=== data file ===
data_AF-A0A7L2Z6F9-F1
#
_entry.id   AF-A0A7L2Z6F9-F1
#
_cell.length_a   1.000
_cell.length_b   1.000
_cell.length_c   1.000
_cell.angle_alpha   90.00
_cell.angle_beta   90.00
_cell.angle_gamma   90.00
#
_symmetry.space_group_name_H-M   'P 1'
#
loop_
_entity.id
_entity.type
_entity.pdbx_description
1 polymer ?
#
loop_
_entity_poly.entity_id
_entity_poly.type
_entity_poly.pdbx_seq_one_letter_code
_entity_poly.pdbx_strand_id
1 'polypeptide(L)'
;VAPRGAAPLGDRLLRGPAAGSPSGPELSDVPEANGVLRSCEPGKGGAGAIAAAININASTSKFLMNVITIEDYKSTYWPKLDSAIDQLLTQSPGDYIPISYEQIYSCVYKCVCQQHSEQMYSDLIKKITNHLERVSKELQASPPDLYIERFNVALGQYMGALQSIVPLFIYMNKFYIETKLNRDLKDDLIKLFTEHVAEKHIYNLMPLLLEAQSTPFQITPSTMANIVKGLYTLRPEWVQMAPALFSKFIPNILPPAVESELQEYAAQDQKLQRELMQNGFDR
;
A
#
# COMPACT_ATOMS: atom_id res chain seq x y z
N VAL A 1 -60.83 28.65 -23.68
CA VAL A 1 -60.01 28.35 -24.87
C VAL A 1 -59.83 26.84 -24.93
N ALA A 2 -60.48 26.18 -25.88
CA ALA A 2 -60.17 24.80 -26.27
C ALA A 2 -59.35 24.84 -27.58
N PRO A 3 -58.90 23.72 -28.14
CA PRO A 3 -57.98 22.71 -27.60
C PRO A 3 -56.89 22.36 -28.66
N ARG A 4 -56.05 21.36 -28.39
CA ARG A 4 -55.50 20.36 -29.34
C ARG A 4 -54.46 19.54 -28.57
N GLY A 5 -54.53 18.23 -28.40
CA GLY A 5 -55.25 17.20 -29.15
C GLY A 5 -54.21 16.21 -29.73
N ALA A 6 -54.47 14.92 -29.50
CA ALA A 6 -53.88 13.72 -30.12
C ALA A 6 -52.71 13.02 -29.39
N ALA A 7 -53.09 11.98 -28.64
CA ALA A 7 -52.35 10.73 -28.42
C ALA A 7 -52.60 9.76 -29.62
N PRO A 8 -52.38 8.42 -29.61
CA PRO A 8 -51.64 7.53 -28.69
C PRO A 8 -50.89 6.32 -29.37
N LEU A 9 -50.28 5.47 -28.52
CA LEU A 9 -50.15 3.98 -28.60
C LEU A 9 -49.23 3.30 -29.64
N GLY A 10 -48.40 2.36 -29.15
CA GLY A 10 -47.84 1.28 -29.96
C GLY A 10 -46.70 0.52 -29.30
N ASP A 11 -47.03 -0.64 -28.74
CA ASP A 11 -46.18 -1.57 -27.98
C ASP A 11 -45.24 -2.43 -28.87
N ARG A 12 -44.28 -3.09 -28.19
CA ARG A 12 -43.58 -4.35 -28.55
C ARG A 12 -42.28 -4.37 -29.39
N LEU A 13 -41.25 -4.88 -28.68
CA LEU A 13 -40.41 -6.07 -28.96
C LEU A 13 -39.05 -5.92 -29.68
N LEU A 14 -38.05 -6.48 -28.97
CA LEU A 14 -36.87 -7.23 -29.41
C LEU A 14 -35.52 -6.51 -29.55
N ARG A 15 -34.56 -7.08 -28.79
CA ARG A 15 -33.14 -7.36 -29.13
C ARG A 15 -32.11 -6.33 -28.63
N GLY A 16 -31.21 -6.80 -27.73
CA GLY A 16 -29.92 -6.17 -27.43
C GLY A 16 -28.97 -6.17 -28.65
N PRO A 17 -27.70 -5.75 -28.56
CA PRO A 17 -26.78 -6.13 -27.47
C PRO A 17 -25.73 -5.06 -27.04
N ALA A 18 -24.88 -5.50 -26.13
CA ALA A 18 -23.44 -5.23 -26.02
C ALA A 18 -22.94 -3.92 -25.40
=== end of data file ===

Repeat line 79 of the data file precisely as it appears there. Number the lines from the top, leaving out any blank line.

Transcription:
N PRO A 17 -27.70 -5.75 -28.56